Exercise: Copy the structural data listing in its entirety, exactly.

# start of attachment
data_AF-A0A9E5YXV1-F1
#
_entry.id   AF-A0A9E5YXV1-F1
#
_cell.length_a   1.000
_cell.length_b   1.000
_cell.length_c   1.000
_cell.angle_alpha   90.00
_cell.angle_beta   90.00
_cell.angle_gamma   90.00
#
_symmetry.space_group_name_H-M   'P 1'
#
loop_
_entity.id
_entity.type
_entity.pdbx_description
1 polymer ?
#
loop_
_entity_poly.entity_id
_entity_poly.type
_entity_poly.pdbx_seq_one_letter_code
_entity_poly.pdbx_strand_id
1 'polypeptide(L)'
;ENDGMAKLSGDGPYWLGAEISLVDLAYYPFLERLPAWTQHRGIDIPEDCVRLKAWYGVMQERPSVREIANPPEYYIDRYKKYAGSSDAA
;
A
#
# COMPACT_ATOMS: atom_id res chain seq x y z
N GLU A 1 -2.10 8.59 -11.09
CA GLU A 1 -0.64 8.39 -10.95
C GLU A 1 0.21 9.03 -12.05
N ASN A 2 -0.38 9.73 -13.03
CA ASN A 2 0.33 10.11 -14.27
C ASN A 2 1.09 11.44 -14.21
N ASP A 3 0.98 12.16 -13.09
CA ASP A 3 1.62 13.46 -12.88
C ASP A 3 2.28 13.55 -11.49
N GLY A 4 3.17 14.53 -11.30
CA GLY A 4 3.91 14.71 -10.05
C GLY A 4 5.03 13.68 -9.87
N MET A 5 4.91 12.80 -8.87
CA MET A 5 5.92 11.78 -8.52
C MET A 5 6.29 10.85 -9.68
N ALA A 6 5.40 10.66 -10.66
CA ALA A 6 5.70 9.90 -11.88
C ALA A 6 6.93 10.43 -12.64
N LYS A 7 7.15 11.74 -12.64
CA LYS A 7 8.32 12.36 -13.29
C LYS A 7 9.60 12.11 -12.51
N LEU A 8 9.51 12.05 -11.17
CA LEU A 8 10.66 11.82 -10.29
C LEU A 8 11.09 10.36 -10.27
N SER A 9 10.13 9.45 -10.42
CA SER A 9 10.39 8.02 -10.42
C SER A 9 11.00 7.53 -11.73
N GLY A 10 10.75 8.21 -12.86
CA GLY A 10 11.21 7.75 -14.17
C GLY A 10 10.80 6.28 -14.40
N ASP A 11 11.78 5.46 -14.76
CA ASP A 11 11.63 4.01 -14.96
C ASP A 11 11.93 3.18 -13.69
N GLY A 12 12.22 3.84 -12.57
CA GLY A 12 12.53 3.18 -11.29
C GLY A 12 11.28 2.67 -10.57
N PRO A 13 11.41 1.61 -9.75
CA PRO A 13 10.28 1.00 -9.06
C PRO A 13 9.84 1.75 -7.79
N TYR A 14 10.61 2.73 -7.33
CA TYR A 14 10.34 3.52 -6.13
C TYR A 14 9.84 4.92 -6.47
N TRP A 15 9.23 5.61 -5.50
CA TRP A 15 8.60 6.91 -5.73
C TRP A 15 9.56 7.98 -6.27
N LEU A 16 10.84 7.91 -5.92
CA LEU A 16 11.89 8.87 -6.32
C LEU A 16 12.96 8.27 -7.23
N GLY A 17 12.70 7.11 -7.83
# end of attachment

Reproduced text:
data_AF-A0A9E5YXV1-F1
#
_entry.id   AF-A0A9E5YXV1-F1
#
_cell.length_a   1.000
_cell.length_b   1.000
_cell.length_c   1.000
_cell.angle_alpha   90.00
_cell.angle_beta   90.00
_cell.angle_gamma   90.00
#
_symmetry.space_group_name_H-M   'P 1'
#
loop_
_entity.id
_entity.type
_entity.pdbx_description
1 polymer ?
#
loop_
_entity_poly.entity_id
_entity_poly.type
_entity_poly.pdbx_seq_one_letter_code
_entity_poly.pdbx_strand_id
1 'polypeptide(L)'
;ENDGMAKLSGDGPYWLGAEISLVDLAYYPFLERLPAWTQHRGIDIPEDCVRLKAWYGVMQERPSVREIANPPEYYIDRYKKYAGSSDAA
;
A
#
# COMPACT_ATOMS: atom_id res chain seq x y z
N GLU A 1 -2.10 8.59 -11.09
CA GLU A 1 -0.64 8.39 -10.95
C GLU A 1 0.21 9.03 -12.05
N ASN A 2 -0.38 9.73 -13.03
CA ASN A 2 0.33 10.11 -14.27
C ASN A 2 1.09 11.44 -14.21
N ASP A 3 0.98 12.16 -13.09
CA ASP A 3 1.62 13.46 -12.88
C ASP A 3 2.28 13.55 -11.49
N GLY A 4 3.17 14.53 -11.30
CA GLY A 4 3.91 14.71 -10.05
C GLY A 4 5.03 13.68 -9.87
N MET A 5 4.91 12.80 -8.87
CA MET A 5 5.92 11.78 -8.52
C MET A 5 6.29 10.85 -9.68
N ALA A 6 5.40 10.66 -10.66
CA ALA A 6 5.70 9.90 -11.88
C ALA A 6 6.93 10.43 -12.64
N LYS A 7 7.15 11.74 -12.64
CA LYS A 7 8.32 12.36 -13.29
C LYS A 7 9.60 12.11 -12.51
N LEU A 8 9.51 12.05 -11.17
CA LEU A 8 10.66 11.82 -10.29
C LEU A 8 11.09 10.36 -10.27
N SER A 9 10.13 9.45 -10.42
CA SER A 9 10.39 8.02 -10.42
C SER A 9 11.00 7.53 -11.73
N GLY A 10 10.75 8.21 -12.86
CA GLY A 10 11.21 7.75 -14.17
C GLY A 10 10.80 6.28 -14.40
N ASP A 11 11.78 5.46 -14.76
CA ASP A 11 11.63 4.01 -14.96
C ASP A 11 11.93 3.18 -13.69
N GLY A 12 12.22 3.84 -12.57
CA GLY A 12 12.53 3.18 -11.29
C GLY A 12 11.28 2.67 -10.57
N PRO A 13 11.41 1.61 -9.75
CA PRO A 13 10.28 1.00 -9.06
C PRO A 13 9.84 1.75 -7.79
N TYR A 14 10.61 2.73 -7.33
CA TYR A 14 10.34 3.52 -6.13
C TYR A 14 9.84 4.92 -6.47
N TRP A 15 9.23 5.61 -5.50
CA TRP A 15 8.60 6.91 -5.73
C TRP A 15 9.56 7.98 -6.27
N LEU A 16 10.84 7.91 -5.92
CA LEU A 16 11.89 8.87 -6.32
C LEU A 16 12.96 8.27 -7.23
N GLY A 17 12.70 7.11 -7.83